Matches: 27 Displayed: 20
- Science > Problem Solving > Inventors
- Inventors Handbook (MIT - Lemelson)
Provides an introduction for aspiring inventors.
- Inventors Resources (MIT - Invention Dimension)
Provides introductory materials, resources for inventors, contests, and more.
- Inventors (About.com - Bellis)
Provides information about inventions and inventors.
- Inventors (Awesome Library)
Provides sources of information. 1-02
- Scientists and Inventors - African American (InfoPlease.com)
Provides biographies. 1-05
- Great Inventors (Thinkquest.org)
Provides information on Albert Einstein, Douglas Engelbart, Johann Gutenberg, Alfred Nobel, Elisha Graves Otis, Michael Faraday, Alexander Bell, Enrico Fermi, Oliver Evans, Alessandro Volta, George Eastman, Ted Hoff, Benjamin Franklin, Henry Ford, Thomas Alva Edison, Blaise Pascal, James Watt, and Tim Berners-Lee. 7-05
- McCormack, Cyrus (Inventors.About.com)
"Cyrus McCormick of Virginia was responsible for liberating farm workers from hours of back-breaking labor by introducing the farmers to his newly invented mechanical reaper in July, 1831. By 1847, Cyrus McCormick began the mass manufacture of his reaper in a Chicago factory." 01-06
- History of Agriculture and Farm Innovations (Inventors.About.com)
"The cotton gin is a machine that separates seeds, hulls and other unwanted materials from cotton after it has been picked. Eli Whitney patented the cotton gin on March 14, 1794." 01-06
- Patents Search (United States Patent and Trademark Office)
Provides "full text of all US patents issued since January 1, 1976, and full-page images of each page of every US patent issued since 1790."
- Biographies (Library Spot)
Provides links to biographies in nine categories, including Nobel Prize lauraetes, inventors, distinguished women, celebrities, inventors and notable citizens.
- US Patent and Trademark Office
- Law, Including Patents, Trademarks, Copyright, and More
- Patents and Trademarks
- Custom Manufacturing (eMachineshop.com)
Provides software to create the design you wish to have manufactured. Awesome Library does not endorse this service, but shows it as an example. 8-04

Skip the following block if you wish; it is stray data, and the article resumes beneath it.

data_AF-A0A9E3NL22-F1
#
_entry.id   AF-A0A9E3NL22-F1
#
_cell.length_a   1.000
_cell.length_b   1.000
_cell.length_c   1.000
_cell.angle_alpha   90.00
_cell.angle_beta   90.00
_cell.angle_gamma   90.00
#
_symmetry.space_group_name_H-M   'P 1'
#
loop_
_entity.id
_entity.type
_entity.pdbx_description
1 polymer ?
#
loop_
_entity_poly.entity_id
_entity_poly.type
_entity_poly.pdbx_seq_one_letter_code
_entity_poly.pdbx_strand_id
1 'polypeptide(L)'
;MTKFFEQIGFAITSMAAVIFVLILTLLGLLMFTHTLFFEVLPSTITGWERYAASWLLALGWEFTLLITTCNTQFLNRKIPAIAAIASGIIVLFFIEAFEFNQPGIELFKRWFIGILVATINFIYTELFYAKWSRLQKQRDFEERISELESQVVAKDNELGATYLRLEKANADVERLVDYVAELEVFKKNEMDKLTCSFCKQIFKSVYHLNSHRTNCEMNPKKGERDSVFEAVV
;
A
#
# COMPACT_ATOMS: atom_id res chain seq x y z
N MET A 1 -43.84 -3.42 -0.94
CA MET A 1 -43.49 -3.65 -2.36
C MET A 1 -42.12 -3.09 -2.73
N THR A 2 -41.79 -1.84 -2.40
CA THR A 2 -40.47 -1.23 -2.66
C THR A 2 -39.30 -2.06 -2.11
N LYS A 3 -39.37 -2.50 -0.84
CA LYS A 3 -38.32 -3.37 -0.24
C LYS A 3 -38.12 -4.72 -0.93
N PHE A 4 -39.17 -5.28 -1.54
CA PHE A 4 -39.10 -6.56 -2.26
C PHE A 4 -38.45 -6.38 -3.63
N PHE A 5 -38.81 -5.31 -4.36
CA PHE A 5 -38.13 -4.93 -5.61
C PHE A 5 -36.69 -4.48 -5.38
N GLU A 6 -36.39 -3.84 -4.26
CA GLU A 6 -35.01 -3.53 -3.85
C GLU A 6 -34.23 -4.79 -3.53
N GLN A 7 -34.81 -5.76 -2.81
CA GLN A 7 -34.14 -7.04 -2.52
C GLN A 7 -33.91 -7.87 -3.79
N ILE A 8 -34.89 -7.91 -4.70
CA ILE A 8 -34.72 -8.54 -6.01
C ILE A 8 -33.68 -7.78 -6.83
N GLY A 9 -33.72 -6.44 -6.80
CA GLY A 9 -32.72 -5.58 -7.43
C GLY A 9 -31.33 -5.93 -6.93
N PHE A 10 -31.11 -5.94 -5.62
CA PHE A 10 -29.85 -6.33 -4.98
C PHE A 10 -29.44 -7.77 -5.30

- Ford, Henry (CNN News)
"But Ford's contributions reverberate far beyond his company's factories and boardrooms."
"His policy towards employees -- most evident in his 1914 decision to essentially double the then-standard wage to $5 a day, while guaranteeing 8-hour shifts and a 5-day workweek -- rippled through the American economy. As other companies adopted this policy, more and more Americans had both the money and time to drive anywhere, anytime."
" 'If it hadn't been for Henry Ford's drive to create a mass market for cars, America wouldn't have a middle class today,' wrote Iacocca."
"Increased travel spurred appeals for better and more roads, the development of suburbs, the oil industry's rise and a boom in gas stations, strip malls and motels."
"But the assembly line itself had the biggest impact on American society, Hyde contended, in making possible the swift, mass production of everything from computers to 'fast food.' "
"Ford deserves credit for the mass consumption society in which products that people want can be produced so that they are affordable and abundant." 8-04
- Connecting to the World and Inventions (ILoveThatTeachingIdea.com)
Provides over a dozen creative projects for K-6 grade. 2-02
- Kamen, Dean (Texas Instruments)
"Kamen sees the lack of appreciation for science in America as a problem - but that's not to say he's calling for a revamping of the educational system. In his view, more teachers, textbooks, PCs, and Internet access won't get students jazzed about learning. 'They need to have access to challenging, hands-on projects that result in a tangible product' - like building robots. And they need role models - engineers - to assist them." 03-06
- Millions From a Mop (ABC News)
"Joy Mangano's ride from rags to riches all started with a mop, a special mop." 04-06
- Armstrong, Edwin Howard (World.std.com)
"Armstrong is the most important engineer on this list, and one of greats of the 20th century. Most of the greats are known for one or two key innovations: Widlar and the op amp, Cray and vector supercomputers, Sutherland for both Sketchpad and flight simulation. Armstrong had three: regeneration, superheterodyning, and frequency modulation. He was the last of the line of heroic individual American inventors, and he came to a particularly American end - death by lawyers." 12-06